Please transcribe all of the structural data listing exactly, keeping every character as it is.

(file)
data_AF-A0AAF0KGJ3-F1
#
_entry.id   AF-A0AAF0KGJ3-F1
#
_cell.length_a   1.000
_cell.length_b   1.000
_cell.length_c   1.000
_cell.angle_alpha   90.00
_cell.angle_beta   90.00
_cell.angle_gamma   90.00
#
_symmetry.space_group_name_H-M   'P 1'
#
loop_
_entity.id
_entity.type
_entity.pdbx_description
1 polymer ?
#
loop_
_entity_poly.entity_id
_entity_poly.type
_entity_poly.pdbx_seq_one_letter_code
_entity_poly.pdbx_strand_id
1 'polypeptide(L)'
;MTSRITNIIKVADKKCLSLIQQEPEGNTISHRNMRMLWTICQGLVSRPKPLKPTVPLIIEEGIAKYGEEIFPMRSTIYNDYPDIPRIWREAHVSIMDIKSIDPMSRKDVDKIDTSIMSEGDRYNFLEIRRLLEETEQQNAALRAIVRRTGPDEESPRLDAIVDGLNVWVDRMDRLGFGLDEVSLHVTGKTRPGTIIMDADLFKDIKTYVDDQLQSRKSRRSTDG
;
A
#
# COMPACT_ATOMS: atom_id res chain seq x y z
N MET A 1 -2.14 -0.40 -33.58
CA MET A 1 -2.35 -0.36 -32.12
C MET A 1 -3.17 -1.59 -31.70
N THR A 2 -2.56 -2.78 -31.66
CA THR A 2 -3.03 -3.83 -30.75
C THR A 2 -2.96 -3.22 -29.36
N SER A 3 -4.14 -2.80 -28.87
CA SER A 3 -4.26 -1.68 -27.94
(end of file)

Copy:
data_AF-A0AAF0KGJ3-F1
#
_entry.id   AF-A0AAF0KGJ3-F1
#
_cell.length_a   1.000
_cell.length_b   1.000
_cell.length_c   1.000
_cell.angle_alpha   90.00
_cell.angle_beta   90.00
_cell.angle_gamma   90.00
#
_symmetry.space_group_name_H-M   'P 1'
#
loop_
_entity.id
_entity.type
_entity.pdbx_description
1 polymer ?
#
loop_
_entity_poly.entity_id
_entity_poly.type
_entity_poly.pdbx_seq_one_letter_code
_entity_poly.pdbx_strand_id
1 'polypeptide(L)'
;MTSRITNIIKVADKKCLSLIQQEPEGNTISHRNMRMLWTICQGLVSRPKPLKPTVPLIIEEGIAKYGEEIFPMRSTIYNDYPDIPRIWREAHVSIMDIKSIDPMSRKDVDKIDTSIMSEGDRYNFLEIRRLLEETEQQNAALRAIVRRTGPDEESPRLDAIVDGLNVWVDRMDRLGFGLDEVSLHVTGKTRPGTIIMDADLFKDIKTYVDDQLQSRKSRRSTDG
;
A
#
# COMPACT_ATOMS: atom_id res chain seq x y z
N MET A 1 -2.14 -0.40 -33.58
CA MET A 1 -2.35 -0.36 -32.12
C MET A 1 -3.17 -1.59 -31.70
N THR A 2 -2.56 -2.78 -31.66
CA THR A 2 -3.03 -3.83 -30.75
C THR A 2 -2.96 -3.22 -29.36
N SER A 3 -4.14 -2.80 -28.87
CA SER A 3 -4.26 -1.68 -27.94